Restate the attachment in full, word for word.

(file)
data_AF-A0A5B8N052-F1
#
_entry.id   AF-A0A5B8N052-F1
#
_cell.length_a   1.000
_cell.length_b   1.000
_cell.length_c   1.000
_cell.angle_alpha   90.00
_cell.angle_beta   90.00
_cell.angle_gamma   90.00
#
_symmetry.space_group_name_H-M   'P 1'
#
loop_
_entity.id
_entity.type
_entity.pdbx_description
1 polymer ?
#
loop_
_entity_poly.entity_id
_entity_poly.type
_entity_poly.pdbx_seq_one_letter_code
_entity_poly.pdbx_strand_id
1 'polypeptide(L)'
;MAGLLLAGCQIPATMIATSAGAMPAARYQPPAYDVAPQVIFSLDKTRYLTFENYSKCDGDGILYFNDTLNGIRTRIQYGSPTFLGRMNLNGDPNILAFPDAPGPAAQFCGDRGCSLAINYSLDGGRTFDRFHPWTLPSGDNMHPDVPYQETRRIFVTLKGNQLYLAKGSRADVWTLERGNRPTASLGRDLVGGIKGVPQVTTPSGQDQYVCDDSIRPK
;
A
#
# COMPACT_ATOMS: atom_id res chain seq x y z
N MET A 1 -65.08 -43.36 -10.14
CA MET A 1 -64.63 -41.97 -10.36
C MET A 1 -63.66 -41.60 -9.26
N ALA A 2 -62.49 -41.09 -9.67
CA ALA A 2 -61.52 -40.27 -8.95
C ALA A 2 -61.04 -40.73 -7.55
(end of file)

data_AF-A0A5B8N052-F1
#
_entry.id   AF-A0A5B8N052-F1
#
_cell.length_a   1.000
_cell.length_b   1.000
_cell.length_c   1.000
_cell.angle_alpha   90.00
_cell.angle_beta   90.00
_cell.angle_gamma   90.00
#
_symmetry.space_group_name_H-M   'P 1'
#
loop_
_entity.id
_entity.type
_entity.pdbx_description
1 polymer ?
#
loop_
_entity_poly.entity_id
_entity_poly.type
_entity_poly.pdbx_seq_one_letter_code
_entity_poly.pdbx_strand_id
1 'polypeptide(L)'
;MAGLLLAGCQIPATMIATSAGAMPAARYQPPAYDVAPQVIFSLDKTRYLTFENYSKCDGDGILYFNDTLNGIRTRIQYGSPTFLGRMNLNGDPNILAFPDAPGPAAQFCGDRGCSLAINYSLDGGRTFDRFHPWTLPSGDNMHPDVPYQETRRIFVTLKGNQLYLAKGSRADVWTLERGNRPTASLGRDLVGGIKGVPQVTTPSGQDQYVCDDSIRPK
;
A
#
# COMPACT_ATOMS: atom_id res chain seq x y z
N MET A 1 -65.08 -43.36 -10.14
CA MET A 1 -64.63 -41.97 -10.36
C MET A 1 -63.66 -41.60 -9.26
N ALA A 2 -62.49 -41.09 -9.67
CA ALA A 2 -61.52 -40.27 -8.95
C ALA A 2 -61.04 -40.73 -7.55